Tuesday, July 29, 2014
Pay To Play: Eagle Jet International
Eagle Jet’s unique “internship” program builds hours fast
Formed in 1996, Eagle Jet International is an alternative to instructing. The company provides programs whereby potential airline candidates can build significant multi-engine time in both turboprops and pure jets toward getting hired for a regional airline. "Our original idea was to find a better way to build flight time rather than as an instructor," says Eagle Jet founder and President, Rick Gabor. "At the time, there were too many instructors and not enough schools, so building time took forever."
Eagle Jet specializes in building time in a hurry. The program is simple: Students come to Eagle Jet with a commercial certificate, and both multi-engine and instrument ratings. They're carefully screened specifically for their instrument and commercial pilot skills. If they pass (and 30% don't), they move into an intense and focused training program where they learn skills and procedures specific to the airlines. Then the candidate is placed into the right seat of a commercial Part 135 operator flying actual flights in aircraft that range from Beech 1900s and ATRs to European JAA-ATP Boeing 737 programs. The student pays for a specific block of experience in that aircraft, and packages run from 100 to 1,250 hours depending on the aircraft type. What the student walks away with is actual time in multi-engine aircraft flying commercial operations in real scenarios—something airlines are clamoring for.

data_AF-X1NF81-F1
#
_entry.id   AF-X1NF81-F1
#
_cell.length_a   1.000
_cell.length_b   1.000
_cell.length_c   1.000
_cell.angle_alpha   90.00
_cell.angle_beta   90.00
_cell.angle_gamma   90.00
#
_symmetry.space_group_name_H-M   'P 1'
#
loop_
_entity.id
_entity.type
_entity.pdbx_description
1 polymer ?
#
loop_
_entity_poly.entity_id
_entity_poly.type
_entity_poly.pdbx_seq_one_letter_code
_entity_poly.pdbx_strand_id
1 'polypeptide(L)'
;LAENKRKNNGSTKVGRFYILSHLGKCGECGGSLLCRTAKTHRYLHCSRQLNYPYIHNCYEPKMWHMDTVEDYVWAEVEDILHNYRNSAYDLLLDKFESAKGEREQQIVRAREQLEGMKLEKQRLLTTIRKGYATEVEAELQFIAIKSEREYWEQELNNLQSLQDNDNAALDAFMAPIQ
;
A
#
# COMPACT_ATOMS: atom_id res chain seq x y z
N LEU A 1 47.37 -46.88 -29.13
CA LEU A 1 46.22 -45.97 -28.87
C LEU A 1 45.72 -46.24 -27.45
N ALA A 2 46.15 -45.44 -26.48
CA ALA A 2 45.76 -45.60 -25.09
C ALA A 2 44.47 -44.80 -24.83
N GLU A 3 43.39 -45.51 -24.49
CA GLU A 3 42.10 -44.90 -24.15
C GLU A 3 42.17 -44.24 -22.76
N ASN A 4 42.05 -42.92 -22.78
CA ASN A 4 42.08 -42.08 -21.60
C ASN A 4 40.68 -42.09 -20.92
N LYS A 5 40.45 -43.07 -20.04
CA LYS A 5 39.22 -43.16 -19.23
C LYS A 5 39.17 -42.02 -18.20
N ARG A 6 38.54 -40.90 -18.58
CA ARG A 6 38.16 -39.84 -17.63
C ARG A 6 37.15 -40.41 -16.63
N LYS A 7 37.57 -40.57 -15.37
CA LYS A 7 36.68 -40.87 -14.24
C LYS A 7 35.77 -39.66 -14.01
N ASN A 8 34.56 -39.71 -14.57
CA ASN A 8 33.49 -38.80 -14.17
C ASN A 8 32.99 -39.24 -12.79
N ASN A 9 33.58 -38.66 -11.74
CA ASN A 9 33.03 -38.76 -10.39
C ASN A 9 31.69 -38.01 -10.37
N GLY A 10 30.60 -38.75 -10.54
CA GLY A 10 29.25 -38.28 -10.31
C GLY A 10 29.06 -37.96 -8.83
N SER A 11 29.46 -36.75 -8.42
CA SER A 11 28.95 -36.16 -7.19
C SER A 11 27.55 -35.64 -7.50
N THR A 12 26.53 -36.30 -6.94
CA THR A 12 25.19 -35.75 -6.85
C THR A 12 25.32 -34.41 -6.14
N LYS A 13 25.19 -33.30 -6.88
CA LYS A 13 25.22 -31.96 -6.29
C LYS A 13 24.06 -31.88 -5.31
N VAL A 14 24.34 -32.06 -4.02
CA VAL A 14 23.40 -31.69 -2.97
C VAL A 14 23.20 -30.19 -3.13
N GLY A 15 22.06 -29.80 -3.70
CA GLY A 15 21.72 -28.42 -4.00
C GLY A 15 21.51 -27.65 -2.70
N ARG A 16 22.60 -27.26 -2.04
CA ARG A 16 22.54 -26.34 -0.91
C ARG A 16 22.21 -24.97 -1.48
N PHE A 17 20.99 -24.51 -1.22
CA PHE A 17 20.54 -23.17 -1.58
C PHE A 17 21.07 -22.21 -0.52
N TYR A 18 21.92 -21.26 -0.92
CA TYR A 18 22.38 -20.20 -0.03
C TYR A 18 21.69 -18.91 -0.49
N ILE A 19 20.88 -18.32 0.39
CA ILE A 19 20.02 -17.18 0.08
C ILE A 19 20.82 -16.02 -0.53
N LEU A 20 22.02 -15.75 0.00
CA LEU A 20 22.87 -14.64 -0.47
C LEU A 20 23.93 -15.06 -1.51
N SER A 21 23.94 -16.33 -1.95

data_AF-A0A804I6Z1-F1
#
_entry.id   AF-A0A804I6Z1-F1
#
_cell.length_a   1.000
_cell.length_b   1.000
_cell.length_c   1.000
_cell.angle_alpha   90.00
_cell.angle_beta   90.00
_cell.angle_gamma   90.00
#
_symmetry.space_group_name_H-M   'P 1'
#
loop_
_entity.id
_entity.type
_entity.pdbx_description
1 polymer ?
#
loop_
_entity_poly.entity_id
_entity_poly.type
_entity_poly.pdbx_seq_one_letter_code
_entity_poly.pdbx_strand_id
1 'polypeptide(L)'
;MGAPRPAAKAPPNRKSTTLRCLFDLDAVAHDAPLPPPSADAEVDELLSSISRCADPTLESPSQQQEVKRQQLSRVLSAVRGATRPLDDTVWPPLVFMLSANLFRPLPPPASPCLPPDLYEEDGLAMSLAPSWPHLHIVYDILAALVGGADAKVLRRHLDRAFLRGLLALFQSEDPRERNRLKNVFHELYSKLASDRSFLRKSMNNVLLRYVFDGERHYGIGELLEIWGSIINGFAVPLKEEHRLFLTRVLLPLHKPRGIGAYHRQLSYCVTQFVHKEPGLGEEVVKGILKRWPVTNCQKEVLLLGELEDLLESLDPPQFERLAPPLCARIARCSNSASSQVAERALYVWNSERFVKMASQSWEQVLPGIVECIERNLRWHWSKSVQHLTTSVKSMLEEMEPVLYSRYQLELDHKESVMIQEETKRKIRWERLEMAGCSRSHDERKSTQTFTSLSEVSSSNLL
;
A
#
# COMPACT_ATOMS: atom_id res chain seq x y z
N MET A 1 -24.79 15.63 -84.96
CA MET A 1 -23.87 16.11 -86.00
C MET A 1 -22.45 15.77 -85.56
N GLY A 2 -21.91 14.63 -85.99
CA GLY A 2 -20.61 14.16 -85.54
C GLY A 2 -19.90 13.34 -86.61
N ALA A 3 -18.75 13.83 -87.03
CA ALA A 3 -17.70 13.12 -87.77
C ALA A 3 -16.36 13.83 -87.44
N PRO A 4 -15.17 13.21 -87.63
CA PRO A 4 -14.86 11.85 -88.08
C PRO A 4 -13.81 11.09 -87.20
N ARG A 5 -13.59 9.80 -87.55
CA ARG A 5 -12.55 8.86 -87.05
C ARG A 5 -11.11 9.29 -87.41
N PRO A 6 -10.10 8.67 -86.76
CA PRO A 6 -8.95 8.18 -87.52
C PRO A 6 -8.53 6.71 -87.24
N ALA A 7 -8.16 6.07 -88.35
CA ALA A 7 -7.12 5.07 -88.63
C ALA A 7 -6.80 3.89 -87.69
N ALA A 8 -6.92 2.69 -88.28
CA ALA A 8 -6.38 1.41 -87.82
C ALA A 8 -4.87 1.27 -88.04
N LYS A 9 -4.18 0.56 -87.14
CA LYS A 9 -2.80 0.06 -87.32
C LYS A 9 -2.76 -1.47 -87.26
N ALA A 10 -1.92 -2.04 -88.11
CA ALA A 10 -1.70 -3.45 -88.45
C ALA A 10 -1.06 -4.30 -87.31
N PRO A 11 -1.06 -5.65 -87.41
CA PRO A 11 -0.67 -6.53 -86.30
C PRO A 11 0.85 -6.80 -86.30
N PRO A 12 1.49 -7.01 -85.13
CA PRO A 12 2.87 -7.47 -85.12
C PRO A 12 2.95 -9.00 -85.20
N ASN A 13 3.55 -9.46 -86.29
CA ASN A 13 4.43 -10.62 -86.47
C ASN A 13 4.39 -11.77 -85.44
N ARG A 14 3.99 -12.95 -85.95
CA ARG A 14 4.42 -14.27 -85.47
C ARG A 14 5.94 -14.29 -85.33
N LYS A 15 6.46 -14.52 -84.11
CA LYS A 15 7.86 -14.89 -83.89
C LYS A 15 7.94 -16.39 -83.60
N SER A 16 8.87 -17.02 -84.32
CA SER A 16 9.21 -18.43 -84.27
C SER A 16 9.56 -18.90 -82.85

Eagle Jet helps airline candidates build flight time outside of the traditional instructor path.
The training to be qualified as a Part 135 First Officer on most of these aircraft takes approximately four to seven weeks, and consists of turbine transition, ground school, flight and simulator training, and an FAA checkride. Eagle Jet International is based in South Florida, though they have training bases in different states. Once pilots are trained and qualified, they're moved to one of several bases located throughout the U.S. and Canada, where the operators are based. Most flights are scheduled cargo operations and take place during the night. Each pilot flies approximately 40 to 60 hours per month. Most of the flights are domestic with some bases flying to Canada, Mexico and the Caribbean.
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